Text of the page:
aid! Death is cold and icy—I can save you! I your—husband! I can save you, but will not! Die—Adultress—

   "Algernon—" murmured Dora half-awakened from her sleep—"There is a cold hand laid against my cheek—"

   "She wakes!" whispered Luke—"The dagger—the lanthern—"

   It required but a single moment for Livingstone to draw the knife, from the pillow, where it rested against the
blooming cheek of the wife, while Luke, with a sudden moment grasped the lanthern, and closed its door,
leaving the Chamber wrapt in midnight darkness.

   The husband stood motionless as a stone, and Luke held his very breath as the voice of Dora broke on their
ears, in tones of alarm and terror.

   "Algernon—" she whispered, as she started from her slumber—"Awake—Do you not hear the sound of
voices, by the bedside? Hist! Could it have been
the dream? Algernon—"

   "Deuced uncomfortable to be waked-up this way—" murmured a sleepy voice—"What’s the matter Dora?
What about a dream?"

   "I was awakened just now from my sleep by the sound of voices. I thought a blaze of light flashed round the
room, while my hus—that is, Livingstone stood at the bedstead. And then I felt a cold hand laid against my

   "Ha—ha! Rather good,
that! D’ye know, Dora, that I had a dream too? I dreamt that I was in the front
parlor, second story you know, in your house on Fourth street, when the old fellow came in, and read your note
on the table. Ha—ha—and then—are you listening?—I thought that the old gentleman while he was reading,
turned to a bright pea-green in the face, and—"

   "Hist! Do you not hear some one breathing in the room?"

   "Pshaw, Dora, you’re nervous! Go to sleep my love. Don’t loose your rest for all the dreams in the world.
Good night, Dora!"

   "A little touch of farce with our tragedy—" half-muttered Luke, as a quiet chuckle shook his frame—"Egad! If
they talk in this strain much longer, I’ll have to guffaw! It’s rather too much for my risibles; this is! A husband
standing in the dark by the bedside, while his wife and her paramour are telling their pleasant dreams, in which
he figures as the hero—"

   Whether a smile passed over Livingstone’s face, or a frown, Luke could not tell, for the room was dark as a
starlit night, yet the quick gasping sound of a man struggling for breath, heard through the darkness, seemed to
indicate any thing but the pleasant laugh or the jovial chuckle.

   "They sleep again!" muttered Luke—"She has sunken into slumber while Death watches at the bedside. Curse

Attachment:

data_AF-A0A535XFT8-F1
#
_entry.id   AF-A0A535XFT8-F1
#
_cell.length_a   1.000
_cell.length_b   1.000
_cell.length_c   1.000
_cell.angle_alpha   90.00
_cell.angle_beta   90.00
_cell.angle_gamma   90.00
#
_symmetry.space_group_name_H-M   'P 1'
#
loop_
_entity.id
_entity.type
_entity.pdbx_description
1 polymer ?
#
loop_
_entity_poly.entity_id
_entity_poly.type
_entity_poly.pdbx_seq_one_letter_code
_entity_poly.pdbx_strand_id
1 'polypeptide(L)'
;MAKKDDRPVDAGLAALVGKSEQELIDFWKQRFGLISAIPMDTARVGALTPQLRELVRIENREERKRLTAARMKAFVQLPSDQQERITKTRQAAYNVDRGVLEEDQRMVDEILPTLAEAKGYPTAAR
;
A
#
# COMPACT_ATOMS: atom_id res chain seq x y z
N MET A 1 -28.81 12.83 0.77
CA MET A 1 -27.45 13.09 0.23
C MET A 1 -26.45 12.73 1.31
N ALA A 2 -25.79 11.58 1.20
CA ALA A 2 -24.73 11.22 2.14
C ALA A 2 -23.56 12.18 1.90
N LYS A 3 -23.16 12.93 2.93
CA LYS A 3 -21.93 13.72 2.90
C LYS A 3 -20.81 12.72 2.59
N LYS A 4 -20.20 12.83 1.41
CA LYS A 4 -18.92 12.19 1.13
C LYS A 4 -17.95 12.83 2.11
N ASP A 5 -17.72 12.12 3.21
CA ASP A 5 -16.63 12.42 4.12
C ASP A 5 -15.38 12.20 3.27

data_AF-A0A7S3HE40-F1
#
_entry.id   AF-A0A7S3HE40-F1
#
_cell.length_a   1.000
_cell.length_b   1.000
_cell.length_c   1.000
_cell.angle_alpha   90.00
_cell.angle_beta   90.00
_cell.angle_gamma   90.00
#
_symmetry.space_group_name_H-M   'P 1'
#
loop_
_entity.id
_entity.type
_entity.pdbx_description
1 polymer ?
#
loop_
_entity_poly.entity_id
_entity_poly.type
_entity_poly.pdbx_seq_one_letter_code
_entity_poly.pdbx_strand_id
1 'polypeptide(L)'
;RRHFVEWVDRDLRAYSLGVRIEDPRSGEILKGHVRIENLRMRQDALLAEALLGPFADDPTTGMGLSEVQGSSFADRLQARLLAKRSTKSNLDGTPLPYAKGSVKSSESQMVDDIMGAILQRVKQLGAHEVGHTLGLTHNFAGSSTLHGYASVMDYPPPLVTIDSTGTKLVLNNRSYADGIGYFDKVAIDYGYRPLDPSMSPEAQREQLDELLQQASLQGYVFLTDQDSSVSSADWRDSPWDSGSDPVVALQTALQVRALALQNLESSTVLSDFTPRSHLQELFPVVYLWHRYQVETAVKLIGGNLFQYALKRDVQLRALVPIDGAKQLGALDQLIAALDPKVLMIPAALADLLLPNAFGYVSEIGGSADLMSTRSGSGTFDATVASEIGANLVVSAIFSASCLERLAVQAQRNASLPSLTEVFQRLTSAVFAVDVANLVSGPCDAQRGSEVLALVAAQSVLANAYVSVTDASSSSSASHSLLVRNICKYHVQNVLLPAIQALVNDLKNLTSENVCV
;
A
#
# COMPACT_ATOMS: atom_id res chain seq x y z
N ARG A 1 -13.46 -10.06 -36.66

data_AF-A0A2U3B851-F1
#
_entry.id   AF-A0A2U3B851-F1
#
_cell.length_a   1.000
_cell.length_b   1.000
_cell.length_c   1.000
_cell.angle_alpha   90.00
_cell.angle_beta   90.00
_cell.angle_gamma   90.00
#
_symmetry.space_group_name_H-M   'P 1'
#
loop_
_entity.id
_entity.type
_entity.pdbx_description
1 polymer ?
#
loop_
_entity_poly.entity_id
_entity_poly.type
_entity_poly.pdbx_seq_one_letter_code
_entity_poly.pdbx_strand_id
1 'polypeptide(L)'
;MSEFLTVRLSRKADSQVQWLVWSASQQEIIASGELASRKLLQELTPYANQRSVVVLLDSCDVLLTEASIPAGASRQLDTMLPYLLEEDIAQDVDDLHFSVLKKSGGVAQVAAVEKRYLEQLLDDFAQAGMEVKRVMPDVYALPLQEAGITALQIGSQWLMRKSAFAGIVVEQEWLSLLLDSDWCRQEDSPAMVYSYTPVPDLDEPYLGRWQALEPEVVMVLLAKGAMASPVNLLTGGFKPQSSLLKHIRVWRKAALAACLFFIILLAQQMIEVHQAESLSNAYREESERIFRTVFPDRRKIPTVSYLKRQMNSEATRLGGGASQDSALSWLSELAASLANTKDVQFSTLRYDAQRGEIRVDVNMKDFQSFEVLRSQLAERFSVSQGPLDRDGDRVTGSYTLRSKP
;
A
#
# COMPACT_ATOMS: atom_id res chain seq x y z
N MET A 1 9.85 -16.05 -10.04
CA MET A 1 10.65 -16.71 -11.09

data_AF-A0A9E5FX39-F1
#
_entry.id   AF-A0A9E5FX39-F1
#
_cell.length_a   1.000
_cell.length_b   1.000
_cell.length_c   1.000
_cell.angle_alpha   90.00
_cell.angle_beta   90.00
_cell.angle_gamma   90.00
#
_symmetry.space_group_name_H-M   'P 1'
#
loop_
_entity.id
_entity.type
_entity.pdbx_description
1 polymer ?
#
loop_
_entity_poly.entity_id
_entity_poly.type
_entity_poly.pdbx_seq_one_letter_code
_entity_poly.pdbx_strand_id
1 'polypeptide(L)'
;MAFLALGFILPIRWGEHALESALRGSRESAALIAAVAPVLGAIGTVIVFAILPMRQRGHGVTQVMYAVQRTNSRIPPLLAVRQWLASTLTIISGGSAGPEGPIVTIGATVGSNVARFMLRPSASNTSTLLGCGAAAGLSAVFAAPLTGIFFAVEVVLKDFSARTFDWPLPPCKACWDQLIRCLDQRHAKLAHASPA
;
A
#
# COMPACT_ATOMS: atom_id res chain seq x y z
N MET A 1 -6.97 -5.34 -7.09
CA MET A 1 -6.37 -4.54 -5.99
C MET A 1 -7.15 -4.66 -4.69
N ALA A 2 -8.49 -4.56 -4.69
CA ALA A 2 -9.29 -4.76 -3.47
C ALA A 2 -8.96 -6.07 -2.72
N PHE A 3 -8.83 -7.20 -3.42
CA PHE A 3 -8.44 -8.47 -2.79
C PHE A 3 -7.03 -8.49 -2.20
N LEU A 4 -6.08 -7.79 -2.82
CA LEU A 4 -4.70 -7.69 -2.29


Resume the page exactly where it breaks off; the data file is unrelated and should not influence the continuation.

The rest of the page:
it—how that fellow snores!"
   There was a long pause of darkness and silence. No word escaped the Husband’s lips, no groan convulsed
his chest, no half-muttered cry of agony, indicated the struggle which was silently rending his soul, as with a viper’
s fangs.

   "Livingstone—" whispered Luke after a long pause—" Where are you? Confound it man, I can’t hear you
breathe. I’m afraid to uncover the light—it may awaken them again. I say, Livingstone—had n’t we better leave
these quarters—"

   "I could have borne expressions of remorse from her lips—I could have listened to sudden outpourings of
horror wrung from her soul by the very blackness of her guilt, but this grovelling familiarity with vice!"

   "Matter-of-fact pollution, as you might observe—" whispered Luke.

   "Luke, I tell you, the cup is full to overflowing—but I will drain it to the dregs!"

   "Now’s your time—" whispered Luke, as, swinging the curtain aside, he suffered the light of the lanthern to
fall over the bed—"Dora looks quite pretty. Fitz-Cowles decidedly interesting—"

   "And on that bosom have I slept!" exclaimed Livingstone, in a voice of agony, as he gazed upon his
slumbering wife—"Those arms have clung round my neck—and now! Ha! Luke you may think me mad, but I
tell ye man, that there is the spirit of a slow and silent revenge creeping through my veins.
She has dishonored
me! Do you read anything like
forgiveness in my face?"

   "Not much o’ it I assure you. But come, Livingstone—let’s be going. This is not the time nor place for your
revenge. Let’s travel."

   Livingstone laid down the bowie knife, and with a smile of bitter mockery, seized a small pair of scissors from
the work-basket which stood on the table.

   "You smile, Luke?" he whispered, as, leaning over the bedside, he laid his hand upon the jet-black hair of the
slumbering Fitz-Cowles;— "Ha-ha! I will leave the place, but d’ye see, Luke, I must take some slight keepsake,
to remind me of the gallant Colonel. A lock of his hair, you know, Luke?"

   "Egad! Livingstone, I believe you’re going mad! A lock of his hair? Pshaw! You’ll want a straight jacket